Héloïse d’Argenteuil (From Heloise to Abelard)

Héloïse d’Argenteuil was a French theologian and philosopher in the early middle ages, circa 1100’s. She is most famous for her love saga with her professor, and fellow theologian Peter Abélard. The story of their love is a sad affair. It will make you weep. It starts out like this, Heloise was cared for by her wealthy uncle, who had a high position in court. He hired Abelard as her professor for theology. They fell in love during this period and she became pregnant with his son. Abelard refused to marry her in the open because of his station in the Clergy. It would have stripped him of his titles, but at the same time it made Heloise appear as a whore. Her uncle was furious with Abelard’s refusal to marry Heloise properly, and after many threats ended up having him attacked and castrated. Abelard survived his attack, which is rare for that time period. Unable to see each other henceforth, they maintained their relationship through letters. These letters inspired Alexander Pope’s The Rape of the Lock, coincidentally one of the verses of this work is in the movie Eternal Sunshine of the Spotless Mind. 

You raised these hallowed walls; the desert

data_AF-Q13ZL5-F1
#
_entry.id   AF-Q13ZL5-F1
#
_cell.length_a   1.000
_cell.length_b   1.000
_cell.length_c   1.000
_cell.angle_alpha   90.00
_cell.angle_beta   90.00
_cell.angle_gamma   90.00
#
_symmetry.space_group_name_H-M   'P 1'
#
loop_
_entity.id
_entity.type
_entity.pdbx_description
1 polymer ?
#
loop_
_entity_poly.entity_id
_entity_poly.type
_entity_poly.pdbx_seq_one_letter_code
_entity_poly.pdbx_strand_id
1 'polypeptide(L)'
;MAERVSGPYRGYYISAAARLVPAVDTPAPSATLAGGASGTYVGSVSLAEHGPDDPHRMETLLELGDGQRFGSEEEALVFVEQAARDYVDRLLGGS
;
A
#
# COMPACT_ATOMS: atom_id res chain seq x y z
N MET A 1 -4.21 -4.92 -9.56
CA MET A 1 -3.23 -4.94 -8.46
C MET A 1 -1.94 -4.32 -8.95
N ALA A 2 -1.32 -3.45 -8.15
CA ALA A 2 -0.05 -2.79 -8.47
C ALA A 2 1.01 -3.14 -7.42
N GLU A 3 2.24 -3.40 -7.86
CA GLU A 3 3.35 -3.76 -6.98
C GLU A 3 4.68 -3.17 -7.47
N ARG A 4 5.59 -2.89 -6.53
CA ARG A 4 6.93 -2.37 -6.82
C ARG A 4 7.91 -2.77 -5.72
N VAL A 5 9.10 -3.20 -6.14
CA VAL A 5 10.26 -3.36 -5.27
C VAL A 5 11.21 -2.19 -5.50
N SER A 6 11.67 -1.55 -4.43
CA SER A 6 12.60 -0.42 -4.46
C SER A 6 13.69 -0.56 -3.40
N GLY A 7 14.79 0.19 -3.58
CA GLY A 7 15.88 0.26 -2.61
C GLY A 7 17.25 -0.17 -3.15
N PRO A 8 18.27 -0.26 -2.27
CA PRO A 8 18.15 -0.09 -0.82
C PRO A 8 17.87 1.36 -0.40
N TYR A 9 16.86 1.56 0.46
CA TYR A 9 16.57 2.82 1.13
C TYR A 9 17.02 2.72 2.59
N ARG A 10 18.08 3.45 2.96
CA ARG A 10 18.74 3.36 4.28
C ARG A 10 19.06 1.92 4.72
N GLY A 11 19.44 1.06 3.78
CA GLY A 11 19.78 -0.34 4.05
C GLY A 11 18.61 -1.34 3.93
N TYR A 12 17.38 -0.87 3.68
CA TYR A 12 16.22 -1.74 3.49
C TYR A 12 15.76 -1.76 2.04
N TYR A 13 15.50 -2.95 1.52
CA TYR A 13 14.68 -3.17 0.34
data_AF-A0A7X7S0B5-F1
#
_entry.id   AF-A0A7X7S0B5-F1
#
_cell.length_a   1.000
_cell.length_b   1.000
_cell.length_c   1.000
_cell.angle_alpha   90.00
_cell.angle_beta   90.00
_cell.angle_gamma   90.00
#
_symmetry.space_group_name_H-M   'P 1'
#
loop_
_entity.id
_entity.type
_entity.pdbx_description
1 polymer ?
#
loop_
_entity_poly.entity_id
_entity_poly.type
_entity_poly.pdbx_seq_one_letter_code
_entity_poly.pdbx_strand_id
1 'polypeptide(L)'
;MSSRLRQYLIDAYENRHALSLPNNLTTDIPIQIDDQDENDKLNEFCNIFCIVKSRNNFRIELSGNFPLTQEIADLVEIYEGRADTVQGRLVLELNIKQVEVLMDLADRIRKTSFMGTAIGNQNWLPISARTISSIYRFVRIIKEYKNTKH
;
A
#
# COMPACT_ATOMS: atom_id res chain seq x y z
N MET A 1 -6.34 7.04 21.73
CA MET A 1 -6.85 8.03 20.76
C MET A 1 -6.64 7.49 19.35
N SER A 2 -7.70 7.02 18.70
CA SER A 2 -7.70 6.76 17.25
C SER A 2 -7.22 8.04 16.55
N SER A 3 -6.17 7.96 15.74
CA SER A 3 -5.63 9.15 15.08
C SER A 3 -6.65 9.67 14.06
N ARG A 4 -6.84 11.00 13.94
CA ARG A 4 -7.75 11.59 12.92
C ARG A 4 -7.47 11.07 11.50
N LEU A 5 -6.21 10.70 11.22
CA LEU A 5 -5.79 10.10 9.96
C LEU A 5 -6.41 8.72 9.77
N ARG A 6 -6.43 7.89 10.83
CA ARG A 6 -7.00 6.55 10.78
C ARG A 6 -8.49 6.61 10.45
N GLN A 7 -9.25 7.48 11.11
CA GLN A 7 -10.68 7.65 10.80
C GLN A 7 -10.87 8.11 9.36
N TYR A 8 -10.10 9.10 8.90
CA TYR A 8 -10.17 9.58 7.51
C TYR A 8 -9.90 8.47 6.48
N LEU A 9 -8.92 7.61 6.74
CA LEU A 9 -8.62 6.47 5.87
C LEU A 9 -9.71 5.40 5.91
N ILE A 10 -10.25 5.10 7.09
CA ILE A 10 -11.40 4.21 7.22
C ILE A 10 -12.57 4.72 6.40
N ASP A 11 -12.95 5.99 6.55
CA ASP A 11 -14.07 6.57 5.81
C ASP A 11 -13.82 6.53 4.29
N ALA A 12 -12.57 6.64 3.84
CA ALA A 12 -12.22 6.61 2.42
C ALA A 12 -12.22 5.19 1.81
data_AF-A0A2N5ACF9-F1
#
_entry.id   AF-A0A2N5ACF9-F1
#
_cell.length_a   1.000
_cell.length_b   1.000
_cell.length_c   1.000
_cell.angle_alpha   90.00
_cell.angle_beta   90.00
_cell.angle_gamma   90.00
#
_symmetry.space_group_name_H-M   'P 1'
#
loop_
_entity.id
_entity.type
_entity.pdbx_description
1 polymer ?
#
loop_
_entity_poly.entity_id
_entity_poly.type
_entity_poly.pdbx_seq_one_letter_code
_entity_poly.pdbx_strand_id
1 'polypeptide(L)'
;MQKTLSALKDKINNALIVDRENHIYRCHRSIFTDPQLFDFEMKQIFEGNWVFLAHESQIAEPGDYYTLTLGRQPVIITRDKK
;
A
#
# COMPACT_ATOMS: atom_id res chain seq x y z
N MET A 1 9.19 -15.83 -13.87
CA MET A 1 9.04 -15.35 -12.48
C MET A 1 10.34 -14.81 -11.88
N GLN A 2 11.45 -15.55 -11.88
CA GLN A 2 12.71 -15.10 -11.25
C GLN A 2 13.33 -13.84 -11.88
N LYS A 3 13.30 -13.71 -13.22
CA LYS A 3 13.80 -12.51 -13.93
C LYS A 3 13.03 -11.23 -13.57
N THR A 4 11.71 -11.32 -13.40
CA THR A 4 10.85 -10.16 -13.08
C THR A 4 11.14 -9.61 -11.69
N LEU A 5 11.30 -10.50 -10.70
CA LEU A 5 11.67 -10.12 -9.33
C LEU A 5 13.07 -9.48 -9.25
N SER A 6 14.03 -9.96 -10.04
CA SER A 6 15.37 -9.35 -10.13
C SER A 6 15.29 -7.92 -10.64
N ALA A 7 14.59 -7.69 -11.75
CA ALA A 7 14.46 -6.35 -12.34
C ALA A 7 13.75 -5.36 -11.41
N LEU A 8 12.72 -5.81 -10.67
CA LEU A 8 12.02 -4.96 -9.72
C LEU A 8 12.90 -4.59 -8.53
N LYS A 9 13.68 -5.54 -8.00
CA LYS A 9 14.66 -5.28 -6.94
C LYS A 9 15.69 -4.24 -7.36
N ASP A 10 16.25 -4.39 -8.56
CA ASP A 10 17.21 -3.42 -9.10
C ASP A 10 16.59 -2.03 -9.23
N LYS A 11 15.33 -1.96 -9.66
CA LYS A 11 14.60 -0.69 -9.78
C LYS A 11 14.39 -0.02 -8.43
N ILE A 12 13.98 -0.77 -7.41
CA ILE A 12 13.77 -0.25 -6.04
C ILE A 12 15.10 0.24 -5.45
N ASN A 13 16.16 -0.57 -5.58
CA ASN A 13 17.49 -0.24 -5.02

And paradise was opened in the wild.


       In these deep solitudes and awful cells,

       Where heavenly-pensive contemplation dwells,

       And ever-musing melancholy reigns;

4.    What means this tumult in a Vestal’s veins?

tumblr_mh8wmmo4Gu1qedzbdo3_500 tumblr_mh8wmmo4Gu1qedzbdo6_500 tumblr_mh8wmmo4Gu1qedzbdo7_500

            How happy is the blameless Vestal’s lot!

           The world forgetting, by the world forgot:

             Eternal sunshine of the spotless mind!

200     Each prayer accepted, and each wish resigned;


                         And saints with wonder heard the vows I made.

115       Yet then, to those dread altars as I drew,

              Not on the cross my eyes were fixed, but you:

               Not grace, or zeal, love only as my call,

      And if I lose thy love, I lose my all.



Leave a Reply

Fill in your details below or click an icon to log in:

WordPress.com Logo

You are commenting using your WordPress.com account. Log Out /  Change )

Google+ photo

You are commenting using your Google+ account. Log Out /  Change )

Twitter picture

You are commenting using your Twitter account. Log Out /  Change )

Facebook photo

You are commenting using your Facebook account. Log Out /  Change )


Connecting to %s